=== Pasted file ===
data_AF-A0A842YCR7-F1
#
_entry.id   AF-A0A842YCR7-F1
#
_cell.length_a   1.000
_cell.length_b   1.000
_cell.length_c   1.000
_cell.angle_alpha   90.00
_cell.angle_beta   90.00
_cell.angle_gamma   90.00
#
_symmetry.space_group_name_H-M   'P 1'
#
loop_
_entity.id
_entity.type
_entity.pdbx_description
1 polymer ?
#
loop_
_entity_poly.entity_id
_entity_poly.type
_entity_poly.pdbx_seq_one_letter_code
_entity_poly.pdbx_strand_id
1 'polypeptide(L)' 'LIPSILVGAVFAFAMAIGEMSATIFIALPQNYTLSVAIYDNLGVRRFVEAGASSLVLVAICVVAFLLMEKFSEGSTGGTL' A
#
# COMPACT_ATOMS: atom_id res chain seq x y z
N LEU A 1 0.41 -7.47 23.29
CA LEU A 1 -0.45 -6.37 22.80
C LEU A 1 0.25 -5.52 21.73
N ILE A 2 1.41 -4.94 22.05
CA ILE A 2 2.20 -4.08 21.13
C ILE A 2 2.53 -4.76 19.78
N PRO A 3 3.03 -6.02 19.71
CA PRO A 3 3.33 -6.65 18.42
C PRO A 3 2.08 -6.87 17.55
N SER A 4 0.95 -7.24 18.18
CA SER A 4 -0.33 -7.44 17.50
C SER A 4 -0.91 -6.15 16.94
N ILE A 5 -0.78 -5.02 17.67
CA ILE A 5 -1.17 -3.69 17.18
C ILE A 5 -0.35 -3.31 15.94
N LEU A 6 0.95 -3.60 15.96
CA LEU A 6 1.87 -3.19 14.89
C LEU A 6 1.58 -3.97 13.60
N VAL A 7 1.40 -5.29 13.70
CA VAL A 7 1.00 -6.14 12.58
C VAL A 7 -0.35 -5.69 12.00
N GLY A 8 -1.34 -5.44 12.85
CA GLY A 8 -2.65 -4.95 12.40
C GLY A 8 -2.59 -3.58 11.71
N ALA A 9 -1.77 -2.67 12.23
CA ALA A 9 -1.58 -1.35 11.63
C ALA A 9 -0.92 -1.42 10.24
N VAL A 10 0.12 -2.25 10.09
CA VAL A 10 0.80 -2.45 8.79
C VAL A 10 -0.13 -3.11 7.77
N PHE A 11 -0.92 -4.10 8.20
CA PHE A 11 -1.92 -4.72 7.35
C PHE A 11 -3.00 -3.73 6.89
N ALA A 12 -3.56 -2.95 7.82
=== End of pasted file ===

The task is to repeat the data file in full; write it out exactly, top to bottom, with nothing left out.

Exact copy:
data_AF-A0A842YCR7-F1
#
_entry.id   AF-A0A842YCR7-F1
#
_cell.length_a   1.000
_cell.length_b   1.000
_cell.length_c   1.000
_cell.angle_alpha   90.00
_cell.angle_beta   90.00
_cell.angle_gamma   90.00
#
_symmetry.space_group_name_H-M   'P 1'
#
loop_
_entity.id
_entity.type
_entity.pdbx_description
1 polymer ?
#
loop_
_entity_poly.entity_id
_entity_poly.type
_entity_poly.pdbx_seq_one_letter_code
_entity_poly.pdbx_strand_id
1 'polypeptide(L)' 'LIPSILVGAVFAFAMAIGEMSATIFIALPQNYTLSVAIYDNLGVRRFVEAGASSLVLVAICVVAFLLMEKFSEGSTGGTL' A
#
# COMPACT_ATOMS: atom_id res chain seq x y z
N LEU A 1 0.41 -7.47 23.29
CA LEU A 1 -0.45 -6.37 22.80
C LEU A 1 0.25 -5.52 21.73
N ILE A 2 1.41 -4.94 22.05
CA ILE A 2 2.20 -4.08 21.13
C ILE A 2 2.53 -4.76 19.78
N PRO A 3 3.03 -6.02 19.71
CA PRO A 3 3.33 -6.65 18.42
C PRO A 3 2.08 -6.87 17.55
N SER A 4 0.95 -7.24 18.18
CA SER A 4 -0.33 -7.44 17.50
C SER A 4 -0.91 -6.15 16.94
N ILE A 5 -0.78 -5.02 17.67
CA ILE A 5 -1.17 -3.69 17.18
C ILE A 5 -0.35 -3.31 15.94
N LEU A 6 0.95 -3.60 15.96
CA LEU A 6 1.87 -3.19 14.89
C LEU A 6 1.58 -3.97 13.60
N VAL A 7 1.40 -5.29 13.70
CA VAL A 7 1.00 -6.14 12.58
C VAL A 7 -0.35 -5.69 12.00
N GLY A 8 -1.34 -5.44 12.85
CA GLY A 8 -2.65 -4.95 12.40
C GLY A 8 -2.59 -3.58 11.71
N ALA A 9 -1.77 -2.67 12.23
CA ALA A 9 -1.58 -1.35 11.63
C ALA A 9 -0.92 -1.42 10.24
N VAL A 10 0.12 -2.25 10.09
CA VAL A 10 0.80 -2.45 8.79
C VAL A 10 -0.13 -3.11 7.77
N PHE A 11 -0.92 -4.10 8.20
CA PHE A 11 -1.92 -4.72 7.35
C PHE A 11 -3.00 -3.73 6.89
N ALA A 12 -3.56 -2.95 7.82